"Sorry guys – I'm on action short of a strike."


April 14, 2006

Woah cultural reference! Check me out!

'I don't want them to find out they can do without me'


April 08, 2006

Warwick Blogs are Besieged!

Follow-up to Word count msn usernames from Such a Good Lad

A sizeable proportion of the emails I receive to my Warwick account continue to be in response to this blog entry. This then, is my second compilation (following this) of some of the more wonderful comments which continue to be made to a rather throwaway tirade I made over a year ago about Word count msn usernames, testifying indeed to the power of google to lead the loathsome common internet user to Warwick blogs…

  • Matt, risking the wrath of women the world over, says, amongst other pertinent observations, "THE WORST MSN NAMES ARE THE DEPRESSING ONES - THEY HAVE TO STOP, AND I MUST SAY, WITHOUT ANY SEXIST VIEW, THAT IT IS THE FEMALES."

  • On November 30th, someone called 'me' (but not me, you understand) said "my user mane is I WALKED UP 2 MY BROTHERS BEST MATE AND SAID U R GAY!! he slapped me with his handbag!"

  • On March 11th, 'ninja' proved that it is not only Warwick students with tongues firmly in cheek who may run the risk of appearing snobbish. He displays his superior grasp of msn terminology when pointing out that "i think you'll find that the 'user message' is for writing about pointless cr@p and how you are feeling ;) a 'username' is primarily to distinguish between contacts. ;)"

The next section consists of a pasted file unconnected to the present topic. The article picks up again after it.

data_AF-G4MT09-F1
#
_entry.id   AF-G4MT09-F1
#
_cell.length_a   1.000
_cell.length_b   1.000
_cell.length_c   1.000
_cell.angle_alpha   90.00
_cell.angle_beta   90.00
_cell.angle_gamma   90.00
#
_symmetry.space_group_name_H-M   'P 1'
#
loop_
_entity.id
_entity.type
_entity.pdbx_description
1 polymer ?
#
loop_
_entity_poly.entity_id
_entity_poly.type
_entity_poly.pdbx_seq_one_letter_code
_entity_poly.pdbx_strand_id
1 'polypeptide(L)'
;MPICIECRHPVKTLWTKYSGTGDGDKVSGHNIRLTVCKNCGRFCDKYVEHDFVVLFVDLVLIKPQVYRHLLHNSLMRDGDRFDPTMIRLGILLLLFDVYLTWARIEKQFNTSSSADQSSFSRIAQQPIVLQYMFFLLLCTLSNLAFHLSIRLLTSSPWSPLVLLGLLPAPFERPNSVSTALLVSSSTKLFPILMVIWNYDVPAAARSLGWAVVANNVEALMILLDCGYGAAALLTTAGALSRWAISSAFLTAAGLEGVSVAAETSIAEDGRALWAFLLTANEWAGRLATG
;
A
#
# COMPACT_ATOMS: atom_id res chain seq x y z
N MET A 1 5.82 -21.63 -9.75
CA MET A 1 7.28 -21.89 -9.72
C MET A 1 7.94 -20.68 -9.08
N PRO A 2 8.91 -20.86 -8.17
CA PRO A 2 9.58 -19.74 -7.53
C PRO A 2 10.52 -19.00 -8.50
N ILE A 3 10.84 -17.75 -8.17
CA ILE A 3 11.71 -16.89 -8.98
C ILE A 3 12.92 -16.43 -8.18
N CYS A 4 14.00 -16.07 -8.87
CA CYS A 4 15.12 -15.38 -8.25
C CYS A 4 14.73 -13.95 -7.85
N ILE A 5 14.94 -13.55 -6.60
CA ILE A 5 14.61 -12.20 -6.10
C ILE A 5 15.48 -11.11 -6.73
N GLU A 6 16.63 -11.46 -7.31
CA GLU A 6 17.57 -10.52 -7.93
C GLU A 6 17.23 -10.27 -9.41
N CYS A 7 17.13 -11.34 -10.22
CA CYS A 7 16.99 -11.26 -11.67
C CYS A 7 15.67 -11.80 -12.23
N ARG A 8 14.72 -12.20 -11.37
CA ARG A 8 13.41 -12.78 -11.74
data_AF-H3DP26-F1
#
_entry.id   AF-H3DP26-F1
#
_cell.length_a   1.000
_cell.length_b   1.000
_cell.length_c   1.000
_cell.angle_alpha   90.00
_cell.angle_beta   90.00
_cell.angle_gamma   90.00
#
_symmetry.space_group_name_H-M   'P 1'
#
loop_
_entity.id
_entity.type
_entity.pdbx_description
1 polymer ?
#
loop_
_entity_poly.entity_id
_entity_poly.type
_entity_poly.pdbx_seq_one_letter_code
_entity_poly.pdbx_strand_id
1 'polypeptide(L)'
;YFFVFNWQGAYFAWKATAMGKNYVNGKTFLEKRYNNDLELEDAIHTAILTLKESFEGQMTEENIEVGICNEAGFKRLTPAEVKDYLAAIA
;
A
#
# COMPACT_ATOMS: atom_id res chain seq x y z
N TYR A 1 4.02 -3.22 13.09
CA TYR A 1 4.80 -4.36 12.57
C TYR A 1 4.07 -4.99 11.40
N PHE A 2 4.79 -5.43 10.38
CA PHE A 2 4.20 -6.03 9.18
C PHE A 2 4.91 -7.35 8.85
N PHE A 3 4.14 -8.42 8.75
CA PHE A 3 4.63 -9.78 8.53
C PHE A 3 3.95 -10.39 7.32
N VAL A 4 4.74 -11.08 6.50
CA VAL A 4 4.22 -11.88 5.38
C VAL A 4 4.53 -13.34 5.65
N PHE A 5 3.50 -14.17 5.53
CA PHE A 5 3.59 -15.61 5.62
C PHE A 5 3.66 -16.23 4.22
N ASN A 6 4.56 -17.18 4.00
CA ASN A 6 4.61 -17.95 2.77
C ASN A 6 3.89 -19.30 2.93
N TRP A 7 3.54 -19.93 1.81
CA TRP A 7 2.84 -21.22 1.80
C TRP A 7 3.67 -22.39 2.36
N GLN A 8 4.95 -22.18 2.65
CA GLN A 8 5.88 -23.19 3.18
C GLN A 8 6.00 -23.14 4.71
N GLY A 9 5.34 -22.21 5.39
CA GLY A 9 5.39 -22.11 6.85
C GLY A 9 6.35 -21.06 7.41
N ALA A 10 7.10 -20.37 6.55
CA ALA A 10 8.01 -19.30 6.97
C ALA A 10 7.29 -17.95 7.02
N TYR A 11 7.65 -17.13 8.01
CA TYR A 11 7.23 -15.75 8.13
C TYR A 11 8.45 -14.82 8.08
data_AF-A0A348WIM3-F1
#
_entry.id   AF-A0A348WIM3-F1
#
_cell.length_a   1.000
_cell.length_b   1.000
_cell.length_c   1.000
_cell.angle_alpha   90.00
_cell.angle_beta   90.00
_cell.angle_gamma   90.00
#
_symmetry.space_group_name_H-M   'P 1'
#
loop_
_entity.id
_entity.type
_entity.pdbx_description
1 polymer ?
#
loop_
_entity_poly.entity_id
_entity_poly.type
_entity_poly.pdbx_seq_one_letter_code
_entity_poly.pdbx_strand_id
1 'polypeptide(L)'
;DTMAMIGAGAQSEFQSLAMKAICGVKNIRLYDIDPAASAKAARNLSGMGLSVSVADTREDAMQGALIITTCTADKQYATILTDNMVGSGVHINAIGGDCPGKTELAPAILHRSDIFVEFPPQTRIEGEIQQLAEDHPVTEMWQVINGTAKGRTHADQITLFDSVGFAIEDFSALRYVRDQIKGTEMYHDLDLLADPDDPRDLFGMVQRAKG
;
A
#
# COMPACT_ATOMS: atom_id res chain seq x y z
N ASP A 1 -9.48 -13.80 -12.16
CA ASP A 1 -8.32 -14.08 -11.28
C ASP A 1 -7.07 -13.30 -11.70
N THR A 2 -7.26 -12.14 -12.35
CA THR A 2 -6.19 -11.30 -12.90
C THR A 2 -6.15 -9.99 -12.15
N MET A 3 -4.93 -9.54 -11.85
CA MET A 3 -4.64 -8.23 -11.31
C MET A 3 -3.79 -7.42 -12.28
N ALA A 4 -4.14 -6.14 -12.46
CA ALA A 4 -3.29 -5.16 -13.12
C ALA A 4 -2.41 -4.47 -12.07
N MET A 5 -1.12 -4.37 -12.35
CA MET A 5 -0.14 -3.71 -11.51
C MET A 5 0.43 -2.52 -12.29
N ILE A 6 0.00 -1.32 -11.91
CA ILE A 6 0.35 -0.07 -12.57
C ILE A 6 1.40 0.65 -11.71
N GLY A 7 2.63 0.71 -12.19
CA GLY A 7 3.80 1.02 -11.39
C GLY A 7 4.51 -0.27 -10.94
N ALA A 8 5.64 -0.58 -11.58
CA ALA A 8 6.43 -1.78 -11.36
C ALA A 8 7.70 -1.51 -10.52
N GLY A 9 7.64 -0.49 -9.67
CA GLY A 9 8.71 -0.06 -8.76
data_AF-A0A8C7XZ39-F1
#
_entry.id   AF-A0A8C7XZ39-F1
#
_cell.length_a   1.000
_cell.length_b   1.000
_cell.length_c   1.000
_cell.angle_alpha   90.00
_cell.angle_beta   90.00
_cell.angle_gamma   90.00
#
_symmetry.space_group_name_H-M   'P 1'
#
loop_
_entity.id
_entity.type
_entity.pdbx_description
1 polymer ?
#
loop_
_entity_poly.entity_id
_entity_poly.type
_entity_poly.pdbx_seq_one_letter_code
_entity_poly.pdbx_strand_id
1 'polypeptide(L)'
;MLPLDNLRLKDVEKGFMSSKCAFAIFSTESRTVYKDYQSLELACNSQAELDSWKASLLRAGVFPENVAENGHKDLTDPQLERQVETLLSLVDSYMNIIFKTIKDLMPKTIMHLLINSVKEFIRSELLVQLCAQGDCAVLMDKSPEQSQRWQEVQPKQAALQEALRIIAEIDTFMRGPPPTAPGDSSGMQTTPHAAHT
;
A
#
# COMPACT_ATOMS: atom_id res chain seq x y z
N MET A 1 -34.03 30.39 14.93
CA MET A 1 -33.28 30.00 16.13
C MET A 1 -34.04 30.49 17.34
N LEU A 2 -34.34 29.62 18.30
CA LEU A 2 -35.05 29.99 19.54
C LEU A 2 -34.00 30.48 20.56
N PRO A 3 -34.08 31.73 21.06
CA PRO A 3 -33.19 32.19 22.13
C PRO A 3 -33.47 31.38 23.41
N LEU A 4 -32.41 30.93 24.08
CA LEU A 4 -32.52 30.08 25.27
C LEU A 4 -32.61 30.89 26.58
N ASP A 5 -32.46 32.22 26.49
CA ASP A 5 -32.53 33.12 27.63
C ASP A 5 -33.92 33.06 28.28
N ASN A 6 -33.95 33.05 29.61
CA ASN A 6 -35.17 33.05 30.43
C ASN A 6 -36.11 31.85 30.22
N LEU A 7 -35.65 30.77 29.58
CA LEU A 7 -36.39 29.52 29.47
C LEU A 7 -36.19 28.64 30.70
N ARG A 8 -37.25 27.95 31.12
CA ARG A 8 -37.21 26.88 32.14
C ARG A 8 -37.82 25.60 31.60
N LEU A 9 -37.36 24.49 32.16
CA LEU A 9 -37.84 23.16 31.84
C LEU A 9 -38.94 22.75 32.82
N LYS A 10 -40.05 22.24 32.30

• 'Charlotte' takes a different approach but similarly attempts to clarify procedings by saying of her own username "I dont know why people can get so offended, its just a small joke."

  • Alas her comments are subsequently sullied by 'JORDAN''s "U GUYS R SCREWED I DONT GET IT", and the missive which arrived in my inbox this morning, prompting this entry: "u r gay ALL OF U!!!".

Incidentally this correspondant left the email address 'frankenstein@hotmail.com', which made me wonder whether I should add Mr. Frankenstein to my msn contacts and inflict some monstrous word count usernames of my own devising upon him…

And lest it appear that I am in anyway the snob, I shall conclude with the words of Phillippa Daykin, who was moved to leave the following comment by my previous trackback: "Dear Lord, cretins appear to be taking over the world."

If even Warwick Blogs, my dear fellow Warwickians, can no longer afford us a refuge against assaults on our liberal middle-class sensibilities, then surely we're DOOMED!


March 24, 2006

Don't You Dare Point That Guitar At Me!

Writing about web page http://www.myspace.com/jimmybuckland

Some cynics might suggest that what the world needs right now isn't songs about whirlwind romances starting in Warwick University Library. And indeed without cynics to balance the rest of us out, the world would be a most foolish place.

The cynics wouldn't be well advised to go to www.myspace.com/jimmybuckland.

Oh yes – did I mention that it's a guitar free zone?


March 10, 2006

It's the Double!

Time for a belated reflection on RaW's double award-winning success…

Hurrah!

www.radio.warwick.ac.uk


January 22, 2006

Arctic Monkeys: Band of the Moment

Music front cover
Title:
Whatever People Say I Am, That's What I'm Not
Artist:
Arctic Monkeys
ASIN:
B000BTDMDC
Rating:
5 out of 5 stars